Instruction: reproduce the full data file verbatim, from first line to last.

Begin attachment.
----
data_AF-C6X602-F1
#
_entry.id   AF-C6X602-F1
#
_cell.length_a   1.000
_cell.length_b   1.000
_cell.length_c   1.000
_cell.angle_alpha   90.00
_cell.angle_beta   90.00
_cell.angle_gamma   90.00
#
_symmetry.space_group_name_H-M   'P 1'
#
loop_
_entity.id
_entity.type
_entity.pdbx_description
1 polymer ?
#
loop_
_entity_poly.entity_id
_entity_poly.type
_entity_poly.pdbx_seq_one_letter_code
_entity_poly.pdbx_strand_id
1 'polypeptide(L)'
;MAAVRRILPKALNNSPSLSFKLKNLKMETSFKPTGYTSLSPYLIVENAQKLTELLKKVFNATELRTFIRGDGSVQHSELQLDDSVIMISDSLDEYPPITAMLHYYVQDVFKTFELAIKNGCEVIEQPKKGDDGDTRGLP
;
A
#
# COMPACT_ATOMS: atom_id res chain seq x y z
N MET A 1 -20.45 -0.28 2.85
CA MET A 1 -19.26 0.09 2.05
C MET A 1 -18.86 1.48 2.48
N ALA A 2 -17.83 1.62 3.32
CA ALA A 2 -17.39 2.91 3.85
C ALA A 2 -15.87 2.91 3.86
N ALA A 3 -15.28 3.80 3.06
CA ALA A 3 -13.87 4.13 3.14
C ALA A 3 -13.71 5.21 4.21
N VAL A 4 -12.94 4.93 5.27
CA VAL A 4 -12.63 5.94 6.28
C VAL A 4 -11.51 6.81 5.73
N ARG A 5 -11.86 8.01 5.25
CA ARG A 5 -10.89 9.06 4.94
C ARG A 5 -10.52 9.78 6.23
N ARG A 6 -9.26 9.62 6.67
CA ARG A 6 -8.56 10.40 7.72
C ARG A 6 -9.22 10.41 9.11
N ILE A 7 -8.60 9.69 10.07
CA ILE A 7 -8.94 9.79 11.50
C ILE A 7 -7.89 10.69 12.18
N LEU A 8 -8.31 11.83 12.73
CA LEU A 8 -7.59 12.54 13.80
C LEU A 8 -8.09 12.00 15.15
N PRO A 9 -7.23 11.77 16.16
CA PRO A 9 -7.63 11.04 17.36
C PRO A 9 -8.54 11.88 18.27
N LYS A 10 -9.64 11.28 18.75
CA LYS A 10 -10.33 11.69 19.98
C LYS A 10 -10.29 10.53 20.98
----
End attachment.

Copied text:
data_AF-C6X602-F1
#
_entry.id   AF-C6X602-F1
#
_cell.length_a   1.000
_cell.length_b   1.000
_cell.length_c   1.000
_cell.angle_alpha   90.00
_cell.angle_beta   90.00
_cell.angle_gamma   90.00
#
_symmetry.space_group_name_H-M   'P 1'
#
loop_
_entity.id
_entity.type
_entity.pdbx_description
1 polymer ?
#
loop_
_entity_poly.entity_id
_entity_poly.type
_entity_poly.pdbx_seq_one_letter_code
_entity_poly.pdbx_strand_id
1 'polypeptide(L)'
;MAAVRRILPKALNNSPSLSFKLKNLKMETSFKPTGYTSLSPYLIVENAQKLTELLKKVFNATELRTFIRGDGSVQHSELQLDDSVIMISDSLDEYPPITAMLHYYVQDVFKTFELAIKNGCEVIEQPKKGDDGDTRGLP
;
A
#
# COMPACT_ATOMS: atom_id res chain seq x y z
N MET A 1 -20.45 -0.28 2.85
CA MET A 1 -19.26 0.09 2.05
C MET A 1 -18.86 1.48 2.48
N ALA A 2 -17.83 1.62 3.32
CA ALA A 2 -17.39 2.91 3.85
C ALA A 2 -15.87 2.91 3.86
N ALA A 3 -15.28 3.80 3.06
CA ALA A 3 -13.87 4.13 3.14
C ALA A 3 -13.71 5.21 4.21
N VAL A 4 -12.94 4.93 5.27
CA VAL A 4 -12.63 5.94 6.28
C VAL A 4 -11.51 6.81 5.73
N ARG A 5 -11.86 8.01 5.25
CA ARG A 5 -10.89 9.06 4.94
C ARG A 5 -10.52 9.78 6.23
N ARG A 6 -9.26 9.62 6.67
CA ARG A 6 -8.56 10.40 7.72
C ARG A 6 -9.22 10.41 9.11
N ILE A 7 -8.60 9.69 10.07
CA ILE A 7 -8.94 9.79 11.50
C ILE A 7 -7.89 10.69 12.18
N LEU A 8 -8.31 11.83 12.73
CA LEU A 8 -7.59 12.54 13.80
C LEU A 8 -8.09 12.00 15.15
N PRO A 9 -7.23 11.77 16.16
CA PRO A 9 -7.63 11.04 17.36
C PRO A 9 -8.54 11.88 18.27
N LYS A 10 -9.64 11.28 18.75
CA LYS A 10 -10.33 11.69 19.98
C LYS A 10 -10.29 10.53 20.98